GSA Connects 2021 in Portland, Oregon

Paper No. 123-3
Presentation Time: 2:30 PM-6:30 PM


LUBISICH, Jeffrey and ORCUTT, John, Department of Biology, Gonzaga University, Spokane, WA 99258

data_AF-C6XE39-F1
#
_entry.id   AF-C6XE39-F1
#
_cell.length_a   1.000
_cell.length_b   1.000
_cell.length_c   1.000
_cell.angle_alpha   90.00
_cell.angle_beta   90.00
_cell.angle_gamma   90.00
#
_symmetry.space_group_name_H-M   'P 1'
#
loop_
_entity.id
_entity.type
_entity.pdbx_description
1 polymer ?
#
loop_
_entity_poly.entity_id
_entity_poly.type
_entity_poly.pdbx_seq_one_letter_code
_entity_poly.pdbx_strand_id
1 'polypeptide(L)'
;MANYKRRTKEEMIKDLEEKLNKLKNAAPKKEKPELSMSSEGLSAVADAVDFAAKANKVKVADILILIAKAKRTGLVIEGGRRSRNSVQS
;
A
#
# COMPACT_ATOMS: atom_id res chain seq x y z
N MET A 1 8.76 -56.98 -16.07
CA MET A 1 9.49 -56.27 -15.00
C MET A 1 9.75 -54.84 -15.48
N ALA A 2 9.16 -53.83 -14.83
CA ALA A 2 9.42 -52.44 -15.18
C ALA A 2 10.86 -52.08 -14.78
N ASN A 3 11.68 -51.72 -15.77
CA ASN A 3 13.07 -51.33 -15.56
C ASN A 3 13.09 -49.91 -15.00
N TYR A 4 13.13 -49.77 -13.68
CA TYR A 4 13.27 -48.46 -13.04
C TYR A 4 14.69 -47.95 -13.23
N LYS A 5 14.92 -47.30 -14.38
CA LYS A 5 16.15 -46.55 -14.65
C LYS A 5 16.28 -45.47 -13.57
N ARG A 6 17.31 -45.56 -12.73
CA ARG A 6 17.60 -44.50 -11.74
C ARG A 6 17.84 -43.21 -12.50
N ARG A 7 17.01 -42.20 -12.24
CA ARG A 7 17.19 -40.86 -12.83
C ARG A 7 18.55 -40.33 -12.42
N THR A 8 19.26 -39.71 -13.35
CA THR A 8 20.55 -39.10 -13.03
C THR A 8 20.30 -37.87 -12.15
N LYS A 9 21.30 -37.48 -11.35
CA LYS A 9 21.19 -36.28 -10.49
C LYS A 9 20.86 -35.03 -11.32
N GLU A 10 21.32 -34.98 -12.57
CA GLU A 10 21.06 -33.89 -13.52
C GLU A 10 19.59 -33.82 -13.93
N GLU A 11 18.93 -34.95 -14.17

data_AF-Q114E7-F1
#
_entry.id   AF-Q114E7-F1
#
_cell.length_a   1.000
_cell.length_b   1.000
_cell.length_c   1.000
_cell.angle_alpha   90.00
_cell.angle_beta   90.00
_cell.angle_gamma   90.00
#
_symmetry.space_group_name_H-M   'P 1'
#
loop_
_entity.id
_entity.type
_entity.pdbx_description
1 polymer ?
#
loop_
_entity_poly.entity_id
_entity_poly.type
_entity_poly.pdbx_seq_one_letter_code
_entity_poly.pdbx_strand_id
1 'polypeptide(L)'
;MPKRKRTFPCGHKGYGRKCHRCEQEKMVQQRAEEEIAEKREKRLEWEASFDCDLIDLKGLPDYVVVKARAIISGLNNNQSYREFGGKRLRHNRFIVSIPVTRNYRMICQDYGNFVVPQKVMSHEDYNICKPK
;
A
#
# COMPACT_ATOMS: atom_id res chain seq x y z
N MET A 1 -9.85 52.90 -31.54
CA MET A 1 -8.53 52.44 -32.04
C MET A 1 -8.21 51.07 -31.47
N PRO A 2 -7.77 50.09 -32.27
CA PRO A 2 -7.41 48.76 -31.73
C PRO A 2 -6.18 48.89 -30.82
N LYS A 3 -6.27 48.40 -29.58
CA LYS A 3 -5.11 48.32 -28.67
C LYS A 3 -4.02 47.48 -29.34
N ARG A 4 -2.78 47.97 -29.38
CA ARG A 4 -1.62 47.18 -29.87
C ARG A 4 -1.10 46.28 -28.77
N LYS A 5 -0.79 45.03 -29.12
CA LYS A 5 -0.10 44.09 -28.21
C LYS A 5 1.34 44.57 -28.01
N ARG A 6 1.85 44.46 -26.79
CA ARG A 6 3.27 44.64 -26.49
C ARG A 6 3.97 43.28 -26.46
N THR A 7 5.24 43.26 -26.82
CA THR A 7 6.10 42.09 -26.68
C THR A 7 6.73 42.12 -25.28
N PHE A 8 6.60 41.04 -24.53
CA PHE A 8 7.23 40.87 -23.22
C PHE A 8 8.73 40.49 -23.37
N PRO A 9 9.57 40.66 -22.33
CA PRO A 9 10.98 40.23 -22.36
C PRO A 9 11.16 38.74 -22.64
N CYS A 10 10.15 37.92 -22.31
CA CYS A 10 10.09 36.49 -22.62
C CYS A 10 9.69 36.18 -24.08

Fossil mammal species are often identified based on differences in body size. Distinguishing species based on size is especially common in small carnivorans. However, many living carnivorans exhibit strong sexual dimorphism, suggesting that some putative species pairs in the fossil record may represent males and females of the same species. Are size differences between these pairs consistent with those seen in a single sexually dimorphic species, and can the shape of body size distributions provide insight into distinguishing species pairs from sexually dimorphic species? We addressed this question by collecting body mass data for small extant carnivorans (Mustelidae, Mephitidae, Procyonidae, Ailuridae, Viverridae, and Herpestidae) from online museum databases. We determined whether males and females differed significantly from one another in size and calculated mean mass for each sex as well as the skewness and kurtosis of their distributions. We also gathered body size data from the literature for two species pairs of small fossil carnivorans from a single site distinguished based, at least in part, on size (Palaeogale from the Miocene of Amöneburg, Germany and Trigonictis from the Pliocene of Hagerman, Idaho). Body size patterns in modern carnivorans suggest that sexual dimorphism can be due to unequally skewed distribution between sexes rather than simply differences in mean mass. This may provide a means of distinguishing sexually dimorphic species in the fossil record based on body size distribution. In Palaeogale, the differences in body size between putative species falls well within the range of differences between males and females of modern sexually dimorphic carnivorans, calling the validity of these taxa into question. However, our sample of Palaeogale specimens is too small to small to draw any meaningful conclusions about body size distributions. The two Trigonictis species found in the Glenns Ferry Formation at Hagerman Fossil Beds are each represented by much larger fossil samples, and these too differ to roughly the same degree as seen in modern sexually dimorphic carnivorans. Analysis of Idahoan Trigonictis fossils will allow us to reconstruct size distributions in these taxa to see whether they confirm the long-standing interpretation of these fossils as representing two separate species.